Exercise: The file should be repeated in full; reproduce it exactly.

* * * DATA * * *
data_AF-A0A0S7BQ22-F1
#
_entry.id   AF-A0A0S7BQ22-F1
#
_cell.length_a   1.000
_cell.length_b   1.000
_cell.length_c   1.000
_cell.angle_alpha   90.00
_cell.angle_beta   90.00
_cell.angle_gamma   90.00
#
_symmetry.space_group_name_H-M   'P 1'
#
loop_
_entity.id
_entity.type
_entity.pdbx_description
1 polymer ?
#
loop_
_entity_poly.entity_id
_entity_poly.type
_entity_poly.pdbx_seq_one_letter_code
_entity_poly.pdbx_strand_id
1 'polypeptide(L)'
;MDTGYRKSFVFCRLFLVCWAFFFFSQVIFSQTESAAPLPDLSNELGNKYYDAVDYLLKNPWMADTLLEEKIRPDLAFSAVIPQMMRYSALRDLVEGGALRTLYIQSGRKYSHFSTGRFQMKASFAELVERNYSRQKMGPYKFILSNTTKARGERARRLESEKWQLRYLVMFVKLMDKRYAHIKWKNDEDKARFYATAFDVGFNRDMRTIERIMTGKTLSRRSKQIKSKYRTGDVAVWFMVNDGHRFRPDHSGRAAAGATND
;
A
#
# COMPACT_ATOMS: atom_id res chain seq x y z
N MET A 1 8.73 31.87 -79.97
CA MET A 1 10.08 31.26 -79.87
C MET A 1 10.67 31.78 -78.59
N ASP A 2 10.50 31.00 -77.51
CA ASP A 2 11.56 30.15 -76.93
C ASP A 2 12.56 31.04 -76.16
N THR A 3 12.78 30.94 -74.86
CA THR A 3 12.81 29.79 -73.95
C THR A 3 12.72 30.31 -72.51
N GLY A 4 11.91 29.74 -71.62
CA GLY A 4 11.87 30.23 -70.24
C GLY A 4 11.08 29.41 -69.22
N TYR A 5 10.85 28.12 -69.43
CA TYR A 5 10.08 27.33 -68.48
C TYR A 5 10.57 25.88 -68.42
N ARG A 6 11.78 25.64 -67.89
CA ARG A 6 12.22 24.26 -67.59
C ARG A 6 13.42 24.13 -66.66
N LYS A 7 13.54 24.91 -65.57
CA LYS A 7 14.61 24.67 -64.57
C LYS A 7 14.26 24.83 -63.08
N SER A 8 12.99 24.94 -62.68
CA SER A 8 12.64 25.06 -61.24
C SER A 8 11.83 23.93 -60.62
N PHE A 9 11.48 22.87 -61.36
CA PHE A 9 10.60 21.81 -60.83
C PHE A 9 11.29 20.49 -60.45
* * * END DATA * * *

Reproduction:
data_AF-A0A0S7BQ22-F1
#
_entry.id   AF-A0A0S7BQ22-F1
#
_cell.length_a   1.000
_cell.length_b   1.000
_cell.length_c   1.000
_cell.angle_alpha   90.00
_cell.angle_beta   90.00
_cell.angle_gamma   90.00
#
_symmetry.space_group_name_H-M   'P 1'
#
loop_
_entity.id
_entity.type
_entity.pdbx_description
1 polymer ?
#
loop_
_entity_poly.entity_id
_entity_poly.type
_entity_poly.pdbx_seq_one_letter_code
_entity_poly.pdbx_strand_id
1 'polypeptide(L)'
;MDTGYRKSFVFCRLFLVCWAFFFFSQVIFSQTESAAPLPDLSNELGNKYYDAVDYLLKNPWMADTLLEEKIRPDLAFSAVIPQMMRYSALRDLVEGGALRTLYIQSGRKYSHFSTGRFQMKASFAELVERNYSRQKMGPYKFILSNTTKARGERARRLESEKWQLRYLVMFVKLMDKRYAHIKWKNDEDKARFYATAFDVGFNRDMRTIERIMTGKTLSRRSKQIKSKYRTGDVAVWFMVNDGHRFRPDHSGRAAAGATND
;
A
#
# COMPACT_ATOMS: atom_id res chain seq x y z
N MET A 1 8.73 31.87 -79.97
CA MET A 1 10.08 31.26 -79.87
C MET A 1 10.67 31.78 -78.59
N ASP A 2 10.50 31.00 -77.51
CA ASP A 2 11.56 30.15 -76.93
C ASP A 2 12.56 31.04 -76.16
N THR A 3 12.78 30.94 -74.86
CA THR A 3 12.81 29.79 -73.95
C THR A 3 12.72 30.31 -72.51
N GLY A 4 11.91 29.74 -71.62
CA GLY A 4 11.87 30.23 -70.24
C GLY A 4 11.08 29.41 -69.22
N TYR A 5 10.85 28.12 -69.43
CA TYR A 5 10.08 27.33 -68.48
C TYR A 5 10.57 25.88 -68.42
N ARG A 6 11.78 25.64 -67.89
CA ARG A 6 12.22 24.26 -67.59
C ARG A 6 13.42 24.13 -66.66
N LYS A 7 13.54 24.91 -65.57
CA LYS A 7 14.61 24.67 -64.57
C LYS A 7 14.26 24.83 -63.08
N SER A 8 12.99 24.94 -62.68
CA SER A 8 12.64 25.06 -61.24
C SER A 8 11.83 23.93 -60.62
N PHE A 9 11.48 22.87 -61.36
CA PHE A 9 10.60 21.81 -60.83
C PHE A 9 11.29 20.49 -60.45